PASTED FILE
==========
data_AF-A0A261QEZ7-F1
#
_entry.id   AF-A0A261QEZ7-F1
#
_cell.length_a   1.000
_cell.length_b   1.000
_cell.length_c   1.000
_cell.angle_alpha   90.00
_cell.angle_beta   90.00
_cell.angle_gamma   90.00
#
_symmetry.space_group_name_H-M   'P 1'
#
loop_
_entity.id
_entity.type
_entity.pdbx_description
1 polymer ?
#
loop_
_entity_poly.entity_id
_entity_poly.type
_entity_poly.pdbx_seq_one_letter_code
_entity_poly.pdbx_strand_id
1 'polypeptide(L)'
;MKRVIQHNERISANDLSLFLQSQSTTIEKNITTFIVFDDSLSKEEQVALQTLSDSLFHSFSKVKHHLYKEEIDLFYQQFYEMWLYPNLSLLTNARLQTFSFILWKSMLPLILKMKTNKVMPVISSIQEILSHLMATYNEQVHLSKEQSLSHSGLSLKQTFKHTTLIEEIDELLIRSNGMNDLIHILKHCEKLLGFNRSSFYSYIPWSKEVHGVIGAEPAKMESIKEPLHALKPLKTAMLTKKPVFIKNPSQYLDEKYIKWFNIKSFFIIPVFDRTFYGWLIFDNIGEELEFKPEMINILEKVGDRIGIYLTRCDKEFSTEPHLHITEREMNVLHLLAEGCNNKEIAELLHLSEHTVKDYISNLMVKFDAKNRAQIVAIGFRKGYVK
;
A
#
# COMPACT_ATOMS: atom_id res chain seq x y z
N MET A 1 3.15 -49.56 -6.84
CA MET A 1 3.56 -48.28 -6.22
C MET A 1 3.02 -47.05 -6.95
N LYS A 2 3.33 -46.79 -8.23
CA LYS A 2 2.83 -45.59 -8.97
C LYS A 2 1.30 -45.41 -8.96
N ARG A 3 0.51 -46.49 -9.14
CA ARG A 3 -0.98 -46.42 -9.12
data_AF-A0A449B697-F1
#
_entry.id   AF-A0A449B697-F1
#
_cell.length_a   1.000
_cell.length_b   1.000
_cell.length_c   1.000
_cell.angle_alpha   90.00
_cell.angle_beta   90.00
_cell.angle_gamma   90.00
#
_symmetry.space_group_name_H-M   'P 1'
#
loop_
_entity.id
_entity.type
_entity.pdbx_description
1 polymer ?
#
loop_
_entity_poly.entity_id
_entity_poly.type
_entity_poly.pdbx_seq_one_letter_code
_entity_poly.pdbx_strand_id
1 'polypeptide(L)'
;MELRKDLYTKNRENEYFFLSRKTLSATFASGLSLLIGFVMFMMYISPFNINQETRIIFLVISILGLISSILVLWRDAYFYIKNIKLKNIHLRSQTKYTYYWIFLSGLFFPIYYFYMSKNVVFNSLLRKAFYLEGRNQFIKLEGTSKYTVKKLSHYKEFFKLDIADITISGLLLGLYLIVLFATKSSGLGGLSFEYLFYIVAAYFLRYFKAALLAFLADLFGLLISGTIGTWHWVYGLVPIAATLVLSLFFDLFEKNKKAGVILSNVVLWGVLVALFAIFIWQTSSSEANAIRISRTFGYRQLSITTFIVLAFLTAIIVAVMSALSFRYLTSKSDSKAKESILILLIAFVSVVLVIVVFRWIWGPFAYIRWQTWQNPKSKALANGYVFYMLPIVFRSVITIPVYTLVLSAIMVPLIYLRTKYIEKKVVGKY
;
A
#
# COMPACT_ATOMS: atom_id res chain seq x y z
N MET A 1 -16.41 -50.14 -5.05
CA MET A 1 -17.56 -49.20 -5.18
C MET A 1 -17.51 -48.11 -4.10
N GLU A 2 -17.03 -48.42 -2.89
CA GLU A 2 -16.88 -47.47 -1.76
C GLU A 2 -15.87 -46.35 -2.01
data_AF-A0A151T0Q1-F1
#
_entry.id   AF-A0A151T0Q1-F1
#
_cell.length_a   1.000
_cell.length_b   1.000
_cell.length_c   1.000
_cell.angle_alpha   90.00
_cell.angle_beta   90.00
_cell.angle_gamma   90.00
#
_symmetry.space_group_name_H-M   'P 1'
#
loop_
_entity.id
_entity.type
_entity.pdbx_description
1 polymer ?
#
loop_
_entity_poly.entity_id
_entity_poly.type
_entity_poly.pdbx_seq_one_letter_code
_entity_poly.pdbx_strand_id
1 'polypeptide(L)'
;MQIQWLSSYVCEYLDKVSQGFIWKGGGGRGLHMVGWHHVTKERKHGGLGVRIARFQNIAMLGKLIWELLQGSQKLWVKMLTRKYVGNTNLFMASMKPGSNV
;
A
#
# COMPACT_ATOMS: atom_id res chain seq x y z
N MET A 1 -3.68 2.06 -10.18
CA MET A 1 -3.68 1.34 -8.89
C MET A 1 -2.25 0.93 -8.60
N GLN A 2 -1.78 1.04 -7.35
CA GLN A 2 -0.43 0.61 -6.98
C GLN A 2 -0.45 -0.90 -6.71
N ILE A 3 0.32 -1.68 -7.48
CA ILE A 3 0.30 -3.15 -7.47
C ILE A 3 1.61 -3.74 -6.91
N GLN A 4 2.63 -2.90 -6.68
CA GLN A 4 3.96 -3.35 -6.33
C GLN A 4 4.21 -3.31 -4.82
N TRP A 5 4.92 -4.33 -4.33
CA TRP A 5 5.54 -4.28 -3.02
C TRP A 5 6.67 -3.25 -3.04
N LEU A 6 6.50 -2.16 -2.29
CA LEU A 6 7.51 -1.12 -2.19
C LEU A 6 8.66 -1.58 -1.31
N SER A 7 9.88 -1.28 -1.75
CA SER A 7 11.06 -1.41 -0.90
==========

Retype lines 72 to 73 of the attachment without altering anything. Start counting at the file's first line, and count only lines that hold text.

N GLU A 2 -17.03 -48.42 -2.89
CA GLU A 2 -16.88 -47.47 -1.76